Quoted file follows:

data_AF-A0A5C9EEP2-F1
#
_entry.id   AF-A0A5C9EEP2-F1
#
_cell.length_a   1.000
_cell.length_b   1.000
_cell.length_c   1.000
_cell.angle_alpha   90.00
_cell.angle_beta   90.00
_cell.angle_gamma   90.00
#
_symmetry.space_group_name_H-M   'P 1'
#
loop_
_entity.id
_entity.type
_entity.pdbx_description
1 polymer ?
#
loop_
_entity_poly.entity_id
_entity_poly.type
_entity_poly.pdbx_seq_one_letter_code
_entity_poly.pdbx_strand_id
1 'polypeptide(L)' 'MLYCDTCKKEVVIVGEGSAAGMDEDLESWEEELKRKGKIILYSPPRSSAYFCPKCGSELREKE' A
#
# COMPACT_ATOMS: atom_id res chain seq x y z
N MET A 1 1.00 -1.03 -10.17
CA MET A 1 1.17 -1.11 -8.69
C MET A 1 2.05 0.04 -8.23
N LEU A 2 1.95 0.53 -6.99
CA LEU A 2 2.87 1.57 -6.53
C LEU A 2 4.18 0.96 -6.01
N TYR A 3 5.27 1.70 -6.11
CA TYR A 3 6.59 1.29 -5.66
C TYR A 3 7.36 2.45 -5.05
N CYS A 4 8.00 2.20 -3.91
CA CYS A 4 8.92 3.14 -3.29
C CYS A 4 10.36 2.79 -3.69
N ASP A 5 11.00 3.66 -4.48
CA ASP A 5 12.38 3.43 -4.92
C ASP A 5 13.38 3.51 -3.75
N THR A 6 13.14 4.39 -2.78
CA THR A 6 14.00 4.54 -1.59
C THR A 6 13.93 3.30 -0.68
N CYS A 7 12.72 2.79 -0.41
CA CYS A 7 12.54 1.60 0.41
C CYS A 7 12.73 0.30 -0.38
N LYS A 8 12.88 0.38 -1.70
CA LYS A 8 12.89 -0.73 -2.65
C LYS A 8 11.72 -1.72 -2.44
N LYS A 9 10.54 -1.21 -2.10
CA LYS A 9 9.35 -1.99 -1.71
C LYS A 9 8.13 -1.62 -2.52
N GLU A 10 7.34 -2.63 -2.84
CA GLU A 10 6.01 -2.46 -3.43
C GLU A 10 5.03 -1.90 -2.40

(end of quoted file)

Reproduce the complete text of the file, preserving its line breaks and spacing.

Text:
data_AF-A0A5C9EEP2-F1
#
_entry.id   AF-A0A5C9EEP2-F1
#
_cell.length_a   1.000
_cell.length_b   1.000
_cell.length_c   1.000
_cell.angle_alpha   90.00
_cell.angle_beta   90.00
_cell.angle_gamma   90.00
#
_symmetry.space_group_name_H-M   'P 1'
#
loop_
_entity.id
_entity.type
_entity.pdbx_description
1 polymer ?
#
loop_
_entity_poly.entity_id
_entity_poly.type
_entity_poly.pdbx_seq_one_letter_code
_entity_poly.pdbx_strand_id
1 'polypeptide(L)' 'MLYCDTCKKEVVIVGEGSAAGMDEDLESWEEELKRKGKIILYSPPRSSAYFCPKCGSELREKE' A
#
# COMPACT_ATOMS: atom_id res chain seq x y z
N MET A 1 1.00 -1.03 -10.17
CA MET A 1 1.17 -1.11 -8.69
C MET A 1 2.05 0.04 -8.23
N LEU A 2 1.95 0.53 -6.99
CA LEU A 2 2.87 1.57 -6.53
C LEU A 2 4.18 0.96 -6.01
N TYR A 3 5.27 1.70 -6.11
CA TYR A 3 6.59 1.29 -5.66
C TYR A 3 7.36 2.45 -5.05
N CYS A 4 8.00 2.20 -3.91
CA CYS A 4 8.92 3.14 -3.29
C CYS A 4 10.36 2.79 -3.69
N ASP A 5 11.00 3.66 -4.48
CA ASP A 5 12.38 3.43 -4.92
C ASP A 5 13.38 3.51 -3.75
N THR A 6 13.14 4.39 -2.78
CA THR A 6 14.00 4.54 -1.59
C THR A 6 13.93 3.30 -0.68
N CYS A 7 12.72 2.79 -0.41
CA CYS A 7 12.54 1.60 0.41
C CYS A 7 12.73 0.30 -0.38
N LYS A 8 12.88 0.38 -1.70
CA LYS A 8 12.89 -0.73 -2.65
C LYS A 8 11.72 -1.72 -2.44
N LYS A 9 10.54 -1.21 -2.10
CA LYS A 9 9.35 -1.99 -1.71
C LYS A 9 8.13 -1.62 -2.52
N GLU A 10 7.34 -2.63 -2.84
CA GLU A 10 6.01 -2.46 -3.43
C GLU A 10 5.03 -1.90 -2.40